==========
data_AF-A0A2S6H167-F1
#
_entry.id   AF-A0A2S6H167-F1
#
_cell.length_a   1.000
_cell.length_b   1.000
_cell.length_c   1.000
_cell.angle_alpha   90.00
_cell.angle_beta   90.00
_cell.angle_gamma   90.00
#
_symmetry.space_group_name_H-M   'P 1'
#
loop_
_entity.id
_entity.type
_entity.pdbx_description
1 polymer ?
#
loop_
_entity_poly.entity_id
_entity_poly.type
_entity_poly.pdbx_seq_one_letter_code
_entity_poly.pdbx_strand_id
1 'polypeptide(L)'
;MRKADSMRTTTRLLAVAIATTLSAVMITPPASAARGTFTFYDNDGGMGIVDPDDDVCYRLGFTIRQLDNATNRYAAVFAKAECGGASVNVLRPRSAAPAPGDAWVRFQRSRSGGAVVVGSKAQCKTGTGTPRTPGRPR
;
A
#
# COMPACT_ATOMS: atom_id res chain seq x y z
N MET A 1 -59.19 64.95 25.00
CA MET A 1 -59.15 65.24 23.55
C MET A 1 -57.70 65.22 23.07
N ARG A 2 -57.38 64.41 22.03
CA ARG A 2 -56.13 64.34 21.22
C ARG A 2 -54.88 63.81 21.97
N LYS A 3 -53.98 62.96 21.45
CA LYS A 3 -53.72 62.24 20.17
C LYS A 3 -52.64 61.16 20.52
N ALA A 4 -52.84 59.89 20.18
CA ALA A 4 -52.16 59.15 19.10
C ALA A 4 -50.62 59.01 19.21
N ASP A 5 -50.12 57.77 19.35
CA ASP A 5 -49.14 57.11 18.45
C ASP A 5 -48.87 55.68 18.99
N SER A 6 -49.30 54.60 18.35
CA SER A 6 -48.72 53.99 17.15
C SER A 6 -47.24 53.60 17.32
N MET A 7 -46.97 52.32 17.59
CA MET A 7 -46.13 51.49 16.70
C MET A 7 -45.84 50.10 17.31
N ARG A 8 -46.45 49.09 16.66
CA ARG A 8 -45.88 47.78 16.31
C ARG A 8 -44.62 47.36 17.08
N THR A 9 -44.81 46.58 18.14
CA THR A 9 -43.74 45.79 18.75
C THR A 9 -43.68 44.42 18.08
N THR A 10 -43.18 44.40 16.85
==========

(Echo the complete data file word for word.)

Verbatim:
data_AF-A0A2S6H167-F1
#
_entry.id   AF-A0A2S6H167-F1
#
_cell.length_a   1.000
_cell.length_b   1.000
_cell.length_c   1.000
_cell.angle_alpha   90.00
_cell.angle_beta   90.00
_cell.angle_gamma   90.00
#
_symmetry.space_group_name_H-M   'P 1'
#
loop_
_entity.id
_entity.type
_entity.pdbx_description
1 polymer ?
#
loop_
_entity_poly.entity_id
_entity_poly.type
_entity_poly.pdbx_seq_one_letter_code
_entity_poly.pdbx_strand_id
1 'polypeptide(L)'
;MRKADSMRTTTRLLAVAIATTLSAVMITPPASAARGTFTFYDNDGGMGIVDPDDDVCYRLGFTIRQLDNATNRYAAVFAKAECGGASVNVLRPRSAAPAPGDAWVRFQRSRSGGAVVVGSKAQCKTGTGTPRTPGRPR
;
A
#
# COMPACT_ATOMS: atom_id res chain seq x y z
N MET A 1 -59.19 64.95 25.00
CA MET A 1 -59.15 65.24 23.55
C MET A 1 -57.70 65.22 23.07
N ARG A 2 -57.38 64.41 22.03
CA ARG A 2 -56.13 64.34 21.22
C ARG A 2 -54.88 63.81 21.97
N LYS A 3 -53.98 62.96 21.45
CA LYS A 3 -53.72 62.24 20.17
C LYS A 3 -52.64 61.16 20.52
N ALA A 4 -52.84 59.89 20.18
CA ALA A 4 -52.16 59.15 19.10
C ALA A 4 -50.62 59.01 19.21
N ASP A 5 -50.12 57.77 19.35
CA ASP A 5 -49.14 57.11 18.45
C ASP A 5 -48.87 55.68 18.99
N SER A 6 -49.30 54.60 18.35
CA SER A 6 -48.72 53.99 17.15
C SER A 6 -47.24 53.60 17.32
N MET A 7 -46.97 52.32 17.59
CA MET A 7 -46.13 51.49 16.70
C MET A 7 -45.84 50.10 17.31
N ARG A 8 -46.45 49.09 16.66
CA ARG A 8 -45.88 47.78 16.31
C ARG A 8 -44.62 47.36 17.08
N THR A 9 -44.81 46.58 18.14
CA THR A 9 -43.74 45.79 18.75
C THR A 9 -43.68 44.42 18.08
N THR A 10 -43.18 44.40 16.85